Why wear compression gear for running & Pro Compression Giveaway

Running the Berlin Marathon

I’ve worn compression socks for 3 out of my 4 marathons, and I’m pretty sure I’ll wear them in October for the Chicago marathon too. My favourite compression socks are Pro Compression, so when they contacted me about hosting a giveaway for you guys, I was all over it. To win a pair of Pro Compression Marathon socks (you don’t have to run a marathon in them!) either comment below with your sock of choice or tweet about this post (using @charliedwatson and @procompression in the tweet) and you’ll have a choice of their snazzy colours! Open to UK and US residents, competition closes 5th June 2015.

As well as wearing compression socks, I also own a couple of pairs of compression leggings. I really like the 2XU- and although very unattractive to put on, they feel nice and snug once you’ve pulled them up fully! Plus I’m obsessed with patterned leggings at the moment, so these Alpha Printed leggings from Under Armour fit the bill of being functional and fashionable.

But some of you are probably wondering what the benefits of compression are for running.

procompression Paris marathon

Why wear compression for running?

Compression gear is designed to circulate your blood back to your heart and lungs more efficiently, replenishing the oxygen and nutrients in your muscles more quickly.

Wearing compression socks, sleeves or leggings can;

  • Improve recovery speed and minimise muscle soreness, which is why a lot of people wear them during or after running to help reduce the effects of the long run on their legs.
  • You’ll lose less energy from your muscles vibration, mostly through the quad and calf.
  • It raises blood lactate accumulation, meaning that you’ll be able to run harder for longer before lactic acid becomes a real problem and you experience cramps.
  • Improves anaerobic and aerobic threshold.
  • Decreases injury risk, the force of the impact from the ground up the legs is lessened, this reduces the stress. They can also help support and stabilise areas of previous injury.
  • Compression gear gently squeezes the muscles helping keep them warm to allow them to work more efficiently.

Don’t forget to enter the competition to win a pair of Pro Compression marathon socks or sleeve of your choice, you can also use the code PRO15 for 40% off. I’m planning on placing an order really soon so email me (charliewatson88@hotmail.co.uk) if you want to club together on postage :)

My Top 5 Running Moments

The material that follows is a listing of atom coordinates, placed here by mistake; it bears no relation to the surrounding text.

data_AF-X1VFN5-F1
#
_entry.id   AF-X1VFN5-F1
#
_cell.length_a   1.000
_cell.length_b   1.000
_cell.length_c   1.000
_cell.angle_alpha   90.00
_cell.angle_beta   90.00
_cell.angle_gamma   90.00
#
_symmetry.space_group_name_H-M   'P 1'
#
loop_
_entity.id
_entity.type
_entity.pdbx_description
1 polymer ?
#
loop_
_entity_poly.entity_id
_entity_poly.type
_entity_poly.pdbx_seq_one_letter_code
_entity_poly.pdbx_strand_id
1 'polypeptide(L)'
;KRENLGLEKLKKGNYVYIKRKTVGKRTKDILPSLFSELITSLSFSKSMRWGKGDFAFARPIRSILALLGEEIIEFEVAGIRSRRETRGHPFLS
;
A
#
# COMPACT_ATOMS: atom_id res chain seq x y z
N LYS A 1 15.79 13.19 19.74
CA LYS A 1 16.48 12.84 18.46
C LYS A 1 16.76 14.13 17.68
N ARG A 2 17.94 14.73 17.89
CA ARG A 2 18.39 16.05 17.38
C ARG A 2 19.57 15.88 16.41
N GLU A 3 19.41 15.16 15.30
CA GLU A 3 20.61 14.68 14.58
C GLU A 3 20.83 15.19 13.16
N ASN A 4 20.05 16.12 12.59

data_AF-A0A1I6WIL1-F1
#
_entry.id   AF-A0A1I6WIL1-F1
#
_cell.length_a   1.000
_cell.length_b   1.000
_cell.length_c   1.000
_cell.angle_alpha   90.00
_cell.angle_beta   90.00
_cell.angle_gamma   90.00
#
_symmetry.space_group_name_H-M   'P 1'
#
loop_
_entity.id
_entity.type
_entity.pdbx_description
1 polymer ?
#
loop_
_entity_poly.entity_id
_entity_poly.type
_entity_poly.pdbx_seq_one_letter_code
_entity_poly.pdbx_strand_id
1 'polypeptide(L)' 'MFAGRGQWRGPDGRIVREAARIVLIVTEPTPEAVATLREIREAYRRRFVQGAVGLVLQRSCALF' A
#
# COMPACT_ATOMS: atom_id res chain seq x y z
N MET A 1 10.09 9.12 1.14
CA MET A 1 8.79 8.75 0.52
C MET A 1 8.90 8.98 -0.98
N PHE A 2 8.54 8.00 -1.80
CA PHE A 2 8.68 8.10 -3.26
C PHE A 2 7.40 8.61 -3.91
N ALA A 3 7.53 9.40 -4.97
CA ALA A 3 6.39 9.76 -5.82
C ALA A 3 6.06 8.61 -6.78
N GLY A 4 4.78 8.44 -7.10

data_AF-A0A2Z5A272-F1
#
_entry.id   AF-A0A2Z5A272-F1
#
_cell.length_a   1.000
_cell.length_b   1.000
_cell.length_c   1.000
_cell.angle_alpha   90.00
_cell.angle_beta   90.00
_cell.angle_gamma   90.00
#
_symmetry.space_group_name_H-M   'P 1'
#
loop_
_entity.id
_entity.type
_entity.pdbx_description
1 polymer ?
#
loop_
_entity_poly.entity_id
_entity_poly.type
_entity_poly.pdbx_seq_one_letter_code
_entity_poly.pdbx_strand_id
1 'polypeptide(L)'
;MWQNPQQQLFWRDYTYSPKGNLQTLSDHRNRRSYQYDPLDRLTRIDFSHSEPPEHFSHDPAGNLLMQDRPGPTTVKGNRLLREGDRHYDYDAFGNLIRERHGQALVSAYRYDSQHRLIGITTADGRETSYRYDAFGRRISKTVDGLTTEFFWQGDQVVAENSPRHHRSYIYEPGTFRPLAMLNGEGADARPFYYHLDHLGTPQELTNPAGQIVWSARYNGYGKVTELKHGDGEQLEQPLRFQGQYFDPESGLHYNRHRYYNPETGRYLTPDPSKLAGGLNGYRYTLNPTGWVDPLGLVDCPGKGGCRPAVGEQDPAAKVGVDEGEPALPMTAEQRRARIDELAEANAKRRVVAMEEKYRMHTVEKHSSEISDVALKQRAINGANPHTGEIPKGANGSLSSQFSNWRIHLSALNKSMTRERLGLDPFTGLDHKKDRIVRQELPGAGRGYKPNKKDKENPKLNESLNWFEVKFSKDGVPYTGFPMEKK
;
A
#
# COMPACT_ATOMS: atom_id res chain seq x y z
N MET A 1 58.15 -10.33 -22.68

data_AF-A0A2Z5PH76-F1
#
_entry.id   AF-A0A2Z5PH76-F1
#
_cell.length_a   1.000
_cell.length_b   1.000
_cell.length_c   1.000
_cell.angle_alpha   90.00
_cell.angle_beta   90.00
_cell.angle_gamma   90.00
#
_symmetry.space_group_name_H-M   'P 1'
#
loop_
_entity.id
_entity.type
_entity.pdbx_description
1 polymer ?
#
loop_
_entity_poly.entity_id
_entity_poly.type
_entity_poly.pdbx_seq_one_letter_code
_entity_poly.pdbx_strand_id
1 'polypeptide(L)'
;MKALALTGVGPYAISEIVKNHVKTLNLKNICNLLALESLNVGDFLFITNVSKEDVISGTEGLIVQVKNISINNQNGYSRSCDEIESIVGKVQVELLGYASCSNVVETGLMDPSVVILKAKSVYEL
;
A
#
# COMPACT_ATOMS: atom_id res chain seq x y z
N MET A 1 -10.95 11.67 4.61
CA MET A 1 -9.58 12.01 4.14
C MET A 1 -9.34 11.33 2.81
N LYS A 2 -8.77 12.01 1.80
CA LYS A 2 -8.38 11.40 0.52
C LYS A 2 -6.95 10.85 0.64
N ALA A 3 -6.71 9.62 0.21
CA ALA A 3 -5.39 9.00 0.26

I saw this on someone else’s blog (although I am so sorry but I have completely forgotten where) but thought it was a fab idea, so I thought I’d share mine with you guys today.

New York Marathon

Here are my top 5 running moments;

1. Finishing the New York Marathon with a 36 minute PB. I had loved almost every minute of the race, and couldn’t quite believe that I’d just run through Central Park and earned my second marathon medal. Along the course I’d seen my parents, high fived Tom, and cried with pain/happiness at seeing Tom’s parents.

2. Running hand in hand across the London Marathon finish line with my friend Emily. It had been a real slog, but we’d made it. I thought I’d finish never wanting to run again, but luckily I just couldn’t stop thinking about running it faster next time- despite the huge blisters on my feet.

3. Running along the Thames with Tom on Valentine’s Day this year- it was his suggestion to run (which makes me SO happy), the sun was shining and we bumped into a friend on the Thames tow path too. After our run we made a big brunch before going to Twickenham to watch the rugby. Ideal Valentine’s Day!

4. Waddling over the finish line of the Berlin Marathon and hearing my friend shout my name from the VIP area to say well done. Just before he’d spotted me I’d been hunched over the fence, trying not to vom- obviously I styled this out when I realised he was watching! I then received a text from Lissy with my results- 10 mins faster than my goal time, and my first Sub 4 marathon.

TOm marathon hug

5. Not exactly MY running moment, but during the London Marathon when Tom came over for a huge hug at mile 23. It was completely worth not running the marathon myself for that one moment. Closely followed by overhearing him telling friends that he wanted to run it again!

What are your top 5 running moments? I’d love to hear them!

SUP: Stand Up Paddleboarding Putney

Stand Up Paddleboarding Putney

If my legs are shaking through fear and an inability to balance, does that mean my muscles are working?

Climbing onto a paddleboard and pushing myself out into the freezing, grimy and not to mention, busy, Thames on Saturday afternoon, I was scared. Scared that I would fall in, that I would get in the way of a boat race or that I would hurt myself.

Luckily, none of these fears came true but it didn’t stop my body shaking with nerves.

Stand Up Paddleboarding

I’d been invited along to the launch of Crewroom’s new SUP club, a twice weekly paddleboarding club leaving from the Crewroom headquarters in Putney. An enthusiastic yet apprehensive group of us donned lifejackets and waited to get onto the river. I think more people than they were expecting had turned up to the session, so there was a lot of hanging around while boards were found, and groups were split up. Hopefully they will have this sorted out before the next session!

After a brief safety talk, we stood along the already teeming river, waiting our turn to have a go. About 4 of us were on the water at any one time, Zoe and her friend went first, then swapped with my friend Charlie and I.


Paddleboarding is definitely harder than it looks, especially in fast moving water. I found it really tricky to manoeuvre confidently through the water, and felt incredibly unstable when I tried to stand up. I spent most of the 10 minutes that I was on the water on my knees on the board. Charlie on the other hand, was a natural.

Stand UP Paddleboarding Putney


Stand Up Paddleboarding


The movement to paddle yourself through the water is very different to rowing; you want to pull the paddle directly down rather than out to the side. You also hold the long paddle at the top of the handle, with your other hand further down, swapping sides and grips as you paddle along. As well as the muscles in your legs working to keep you standing upright on the wobbly board, it’s also a great ab and arm workout too.